3 months ago
A common currency, and therefore a common supranational monetary policy, was a practical and important step towards the realization of a supranational European super state. A state which, regardless of its final official form and name, aims (as it always did) to replace a concept of historically functional nation states.
This is one of the reasons why advocates and critics of the eurozone cannot find common ground. There are many arguments and data proving the euro to be extremely costly and defective, but its proponents turn a deaf ear to such facts, for them the eurozone is a political project. For the Eurofederalists the euro confirms what has been achieved in terms of European integration on one hand and supports deeper integration on the other.
Also, as over-indebted Greece shows, they are determined to maintain it whatever the cost. In his New year’s statement, Jean-Claude Juncker reminded us that proponents of the euro are unable to assess the economic reality. According to Juncker, the euro has brought prosperity and protection to citizens, and has become a symbol of unity, sovereignty and stability.
The eurozone countries have been experiencing slower growth than other developed countries, not to mention developing economies. The average growth rate of the eurozone was 1.4 percent between the years 1999 and 2017, while the OECD average was 2 percent. At the same time, the European share of the global GDP dropped from 25 percent in 2000 to 17 percent in 2015. So much for the prosperity!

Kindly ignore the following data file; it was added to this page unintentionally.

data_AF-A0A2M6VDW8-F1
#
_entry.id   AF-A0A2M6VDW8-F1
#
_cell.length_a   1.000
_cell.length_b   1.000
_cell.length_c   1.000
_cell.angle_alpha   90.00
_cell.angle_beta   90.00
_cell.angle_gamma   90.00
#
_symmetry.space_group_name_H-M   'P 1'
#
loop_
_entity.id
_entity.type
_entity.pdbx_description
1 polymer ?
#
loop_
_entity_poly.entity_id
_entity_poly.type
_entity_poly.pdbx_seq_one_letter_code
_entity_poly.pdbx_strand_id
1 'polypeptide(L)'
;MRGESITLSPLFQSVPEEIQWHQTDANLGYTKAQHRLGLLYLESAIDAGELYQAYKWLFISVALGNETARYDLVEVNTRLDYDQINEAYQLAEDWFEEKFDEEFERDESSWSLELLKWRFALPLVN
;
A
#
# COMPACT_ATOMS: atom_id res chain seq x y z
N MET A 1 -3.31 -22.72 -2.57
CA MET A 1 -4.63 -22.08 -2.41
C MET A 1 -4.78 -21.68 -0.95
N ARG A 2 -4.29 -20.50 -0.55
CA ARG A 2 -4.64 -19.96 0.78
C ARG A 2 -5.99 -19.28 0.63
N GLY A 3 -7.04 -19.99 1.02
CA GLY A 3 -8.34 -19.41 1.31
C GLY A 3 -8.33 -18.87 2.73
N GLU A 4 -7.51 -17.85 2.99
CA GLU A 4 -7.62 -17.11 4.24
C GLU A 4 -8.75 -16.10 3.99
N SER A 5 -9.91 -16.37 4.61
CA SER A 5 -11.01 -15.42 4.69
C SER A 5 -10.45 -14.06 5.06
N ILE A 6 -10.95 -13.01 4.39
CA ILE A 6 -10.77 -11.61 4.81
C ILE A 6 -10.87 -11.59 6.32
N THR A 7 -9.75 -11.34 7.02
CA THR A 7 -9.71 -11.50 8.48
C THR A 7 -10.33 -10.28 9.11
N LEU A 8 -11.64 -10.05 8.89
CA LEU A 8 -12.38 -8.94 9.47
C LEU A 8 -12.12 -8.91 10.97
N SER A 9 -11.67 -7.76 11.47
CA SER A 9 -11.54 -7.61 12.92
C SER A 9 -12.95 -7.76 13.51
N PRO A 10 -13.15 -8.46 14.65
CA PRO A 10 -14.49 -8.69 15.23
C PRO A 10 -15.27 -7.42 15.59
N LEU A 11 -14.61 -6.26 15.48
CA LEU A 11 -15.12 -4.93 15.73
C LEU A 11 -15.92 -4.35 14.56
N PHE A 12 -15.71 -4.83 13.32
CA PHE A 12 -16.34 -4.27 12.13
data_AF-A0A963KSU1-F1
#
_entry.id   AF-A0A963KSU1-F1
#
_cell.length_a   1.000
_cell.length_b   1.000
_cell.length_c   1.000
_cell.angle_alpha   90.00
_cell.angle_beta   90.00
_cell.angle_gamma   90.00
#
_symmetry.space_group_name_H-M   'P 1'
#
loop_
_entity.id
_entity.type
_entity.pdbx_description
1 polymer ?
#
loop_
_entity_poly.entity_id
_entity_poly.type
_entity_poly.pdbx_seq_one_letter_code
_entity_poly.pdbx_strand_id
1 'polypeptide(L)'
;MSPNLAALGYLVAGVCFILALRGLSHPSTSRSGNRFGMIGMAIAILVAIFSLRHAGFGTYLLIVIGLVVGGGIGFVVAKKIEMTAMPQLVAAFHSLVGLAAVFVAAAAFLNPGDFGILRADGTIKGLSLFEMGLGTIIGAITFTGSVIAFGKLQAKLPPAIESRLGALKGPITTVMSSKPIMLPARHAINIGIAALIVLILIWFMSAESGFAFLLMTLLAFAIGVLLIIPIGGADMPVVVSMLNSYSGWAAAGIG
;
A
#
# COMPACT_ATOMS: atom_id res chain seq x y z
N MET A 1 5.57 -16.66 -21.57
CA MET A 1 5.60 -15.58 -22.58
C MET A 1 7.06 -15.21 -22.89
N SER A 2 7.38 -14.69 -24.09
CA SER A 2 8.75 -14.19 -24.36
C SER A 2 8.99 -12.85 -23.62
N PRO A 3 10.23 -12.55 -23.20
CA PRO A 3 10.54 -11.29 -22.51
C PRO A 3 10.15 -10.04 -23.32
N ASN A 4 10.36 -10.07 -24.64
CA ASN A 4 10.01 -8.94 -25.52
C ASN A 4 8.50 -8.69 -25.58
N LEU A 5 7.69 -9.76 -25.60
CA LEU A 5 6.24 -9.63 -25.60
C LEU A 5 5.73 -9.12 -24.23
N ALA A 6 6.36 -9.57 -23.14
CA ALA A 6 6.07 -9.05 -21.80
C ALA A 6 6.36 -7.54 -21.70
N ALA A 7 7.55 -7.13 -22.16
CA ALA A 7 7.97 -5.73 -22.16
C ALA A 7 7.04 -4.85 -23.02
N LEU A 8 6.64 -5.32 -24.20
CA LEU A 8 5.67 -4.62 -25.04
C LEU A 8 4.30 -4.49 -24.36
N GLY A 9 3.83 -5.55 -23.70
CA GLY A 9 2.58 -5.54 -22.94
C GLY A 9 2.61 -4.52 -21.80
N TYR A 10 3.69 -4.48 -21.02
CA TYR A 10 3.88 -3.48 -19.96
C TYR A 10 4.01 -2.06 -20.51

In terms of stability, during the financial crisis that started in 2008, the economy of the eurozone experienced a worse recession than the OECD countries and its economic downturn was deeper than the global average. The eurozone had a GDP growth of about -4.5 percent in 2009, while OECD growth rate was -3.4 percent and the global -0.5 percent. The eurozone’s economic recovery was slower as well. The area with one common currency wasn’t more resilient to an economic shock.
Now, institutional changes are supposed to cure the eurozone. After functional mechanisms, like the so-called ‘transfer union’ in which richer member states are asked to bankroll poorer peers, plans for a common budget and a common bond issue were introduced. All of this has a common denominator – a transfer of fiscal authorities to the European level, in other words further centralization and unification.
Actually, the eurozone fails to meet its own criteria. 12 out of 17 countries failed to fulfil the restriction of the maximum 60 percent debt to GDP.
Thus, in 2019, when we are celebrating the hundredth anniversary of the Czech(oslovak) currency, it would be wise to keep a distance from the eurozone.